Featured Research

from universities, journals, and other organizations

How To Keep Invasive Plants Out Of Forest Fragments

Date:
March 14, 2001
Source:
Society For Conservation Biology
Summary:
Fragmented habitat is vulnerable partly because it has more edges, which are susceptible to invasion by non-native species. While the obvious solution of minimizing the amount of edge is not always feasible, there may be another effective approach: intact edges can help keep seeds out of the forest interior, according to new research in the February issue of Conservation Biology.

Fragmented habitat is vulnerable partly because it has more edges, which are susceptible to invasion by non-native species. While the obvious solution of minimizing the amount of edge is not always feasible, there may be another effective approach: intact edges can help keep seeds out of the forest interior, according to new research in the February issue of Conservation Biology.

"Our work addresses the impact of forest fragmentation at the 'neighborhood' scale -- what happens when developers put up a new strip mall or housing complex. The development of our landscapes continually fragments forests and [that] should be considered when thinking about the distribution and degree of aggregation of homes," says Mary Cadenasso of the Institute for Ecosystem Studies in Milbrook, New York, who did this work with Steward Pickett of the same institution.

Cadenasso and Pickett measured how many seeds blew from an old field into an adjacent deciduous forest patch, a common type of edge in New England. The researchers studied seeds that are dispersed by the wind because many invasive plants have wind-borne seeds. To see how the forest edge's structure affected seed invasion, the researchers compared two types of edges: intact and thinned. They created 130 feet of thinned edge by removing all trees, shrubs and branches that were less than half the height of the forest canopy; this thinning extended 65 feet into the forest patch. The resulting thinned edge resembled that created by logging or a large blowdown.

The researchers found that four times as many wind-borne seeds crossed the thinned edge than the intact edge. They also found that seeds crossing the thinned edge penetrated 2.5 times deeper into the forest (145 feet into the "thinned edge" forest vs. 55 feet across the "intact edge" forest).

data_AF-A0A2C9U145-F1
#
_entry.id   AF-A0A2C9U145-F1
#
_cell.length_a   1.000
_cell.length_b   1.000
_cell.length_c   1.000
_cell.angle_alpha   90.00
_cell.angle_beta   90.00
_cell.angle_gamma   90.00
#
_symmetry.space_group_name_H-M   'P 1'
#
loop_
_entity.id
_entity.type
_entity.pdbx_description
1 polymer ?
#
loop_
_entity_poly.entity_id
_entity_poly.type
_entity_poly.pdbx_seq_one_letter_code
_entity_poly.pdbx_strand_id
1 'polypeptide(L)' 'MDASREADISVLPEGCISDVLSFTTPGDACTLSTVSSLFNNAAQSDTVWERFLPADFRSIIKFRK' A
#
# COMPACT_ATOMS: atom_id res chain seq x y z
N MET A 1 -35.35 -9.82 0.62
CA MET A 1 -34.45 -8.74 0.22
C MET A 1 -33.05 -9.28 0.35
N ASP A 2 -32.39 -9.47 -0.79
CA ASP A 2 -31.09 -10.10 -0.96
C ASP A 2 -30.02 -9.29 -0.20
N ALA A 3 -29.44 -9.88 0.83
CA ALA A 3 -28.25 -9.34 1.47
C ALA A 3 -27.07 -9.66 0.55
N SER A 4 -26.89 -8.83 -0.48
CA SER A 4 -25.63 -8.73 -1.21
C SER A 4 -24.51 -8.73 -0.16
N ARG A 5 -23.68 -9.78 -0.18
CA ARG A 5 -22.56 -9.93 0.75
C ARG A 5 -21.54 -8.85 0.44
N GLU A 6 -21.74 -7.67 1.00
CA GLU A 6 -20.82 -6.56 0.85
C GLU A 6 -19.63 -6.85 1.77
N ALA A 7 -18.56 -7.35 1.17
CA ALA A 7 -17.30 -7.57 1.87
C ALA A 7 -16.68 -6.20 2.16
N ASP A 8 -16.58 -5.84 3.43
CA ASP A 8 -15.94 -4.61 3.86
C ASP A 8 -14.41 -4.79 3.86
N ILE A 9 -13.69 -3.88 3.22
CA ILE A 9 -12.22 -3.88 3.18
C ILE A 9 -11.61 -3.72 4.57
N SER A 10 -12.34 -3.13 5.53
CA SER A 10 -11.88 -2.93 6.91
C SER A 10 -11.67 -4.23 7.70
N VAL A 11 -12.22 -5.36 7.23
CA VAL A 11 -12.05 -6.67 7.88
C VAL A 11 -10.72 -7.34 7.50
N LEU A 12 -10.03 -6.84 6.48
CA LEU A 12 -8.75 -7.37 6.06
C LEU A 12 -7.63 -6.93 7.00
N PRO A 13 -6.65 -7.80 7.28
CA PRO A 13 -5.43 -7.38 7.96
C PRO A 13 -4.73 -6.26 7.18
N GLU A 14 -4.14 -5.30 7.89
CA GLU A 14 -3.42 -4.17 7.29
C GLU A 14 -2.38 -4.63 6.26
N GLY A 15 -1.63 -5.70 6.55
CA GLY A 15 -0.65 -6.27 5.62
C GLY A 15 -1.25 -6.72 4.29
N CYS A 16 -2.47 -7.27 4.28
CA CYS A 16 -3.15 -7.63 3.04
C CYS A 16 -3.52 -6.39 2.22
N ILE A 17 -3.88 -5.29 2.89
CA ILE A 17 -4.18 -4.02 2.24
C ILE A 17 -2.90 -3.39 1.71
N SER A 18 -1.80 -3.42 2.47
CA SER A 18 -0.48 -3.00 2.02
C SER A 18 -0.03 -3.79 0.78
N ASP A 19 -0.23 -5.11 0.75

To help protect forest fragments from invasive weeds, Cadenasso and Pickett recommend "sealing" the edge by planting it densely with native shrubs, vines and understory trees, as well as removing non-native plants from the edge.


Story Source:

The above story is based on materials provided by Society For Conservation Biology. Note: Materials may be edited for content and length.


Cite This Page:

Society For Conservation Biology. "How To Keep Invasive Plants Out Of Forest Fragments." ScienceDaily. ScienceDaily, 14 March 2001. <www.sciencedaily.com/releases/2001/03/010308072346.htm>.
Society For Conservation Biology. (2001, March 14). How To Keep Invasive Plants Out Of Forest Fragments. ScienceDaily. Retrieved September 23, 2014 from www.sciencedaily.com/releases/2001/03/010308072346.htm
Society For Conservation Biology. "How To Keep Invasive Plants Out Of Forest Fragments." ScienceDaily. www.sciencedaily.com/releases/2001/03/010308072346.htm (accessed September 23, 2014).

Share This



More Plants & Animals News

Tuesday, September 23, 2014

Featured Research

from universities, journals, and other organizations


Featured Videos

from AP, Reuters, AFP, and other news services

Cat Lovers Flock to Los Angeles

Cat Lovers Flock to Los Angeles

AFP (Sep. 22, 2014) The best funny internet cat videos are honoured at LA's Feline Film Festival. Duration: 00:56 Video provided by AFP
Powered by NewsLook.com
Washed-Up 'Alien Hairballs' Are Actually Algae

Washed-Up 'Alien Hairballs' Are Actually Algae

Newsy (Sep. 22, 2014) Green balls of algae washed up on Sydney, Australia's Dee Why Beach. Video provided by Newsy
Powered by NewsLook.com
Raw: San Diego Zoo Welcomes Cheetah Cubs

Raw: San Diego Zoo Welcomes Cheetah Cubs

AP (Sep. 20, 2014) The San Diego Zoo has welcomed two Cheetah cubs to its Safari Park. The nearly three-week-old female cubs are being hand fed and are receiving around the clock care. (Sept. 20) Video provided by AP
Powered by NewsLook.com
Chocolate Museum Opens in Brussels

Chocolate Museum Opens in Brussels

AFP (Sep. 19, 2014) Considered a "national heritage" in Belgium, chocolate now has a new museum in Brussels. In a former chocolate factory, visitors to the permanent exhibition spaces, workshops and tastings can discover derivatives of the cocoa bean. Duration: 01:00 Video provided by AFP
Powered by NewsLook.com

Search ScienceDaily

Number of stories in archives: 140,361

Find with keyword(s):
Enter a keyword or phrase to search ScienceDaily for related topics and research stories.

Save/Print:
Share:

Breaking News:

Strange & Offbeat Stories


Plants & Animals

Earth & Climate

Fossils & Ruins

In Other News

... from NewsDaily.com

Science News

Health News

Environment News

Technology News



Save/Print:
Share:

Free Subscriptions


Get the latest science news with ScienceDaily's free email newsletters, updated daily and weekly. Or view hourly updated newsfeeds in your RSS reader:

Get Social & Mobile


Keep up to date with the latest news from ScienceDaily via social networks and mobile apps:

Have Feedback?


Tell us what you think of ScienceDaily -- we welcome both positive and negative comments. Have any problems using the site? Questions?
Mobile: iPhone Android Web
Follow: Facebook Twitter Google+
Subscribe: RSS Feeds Email Newsletters
Latest Headlines Health & Medicine Mind & Brain Space & Time Matter & Energy Computers & Math Plants & Animals Earth & Climate Fossils & Ruins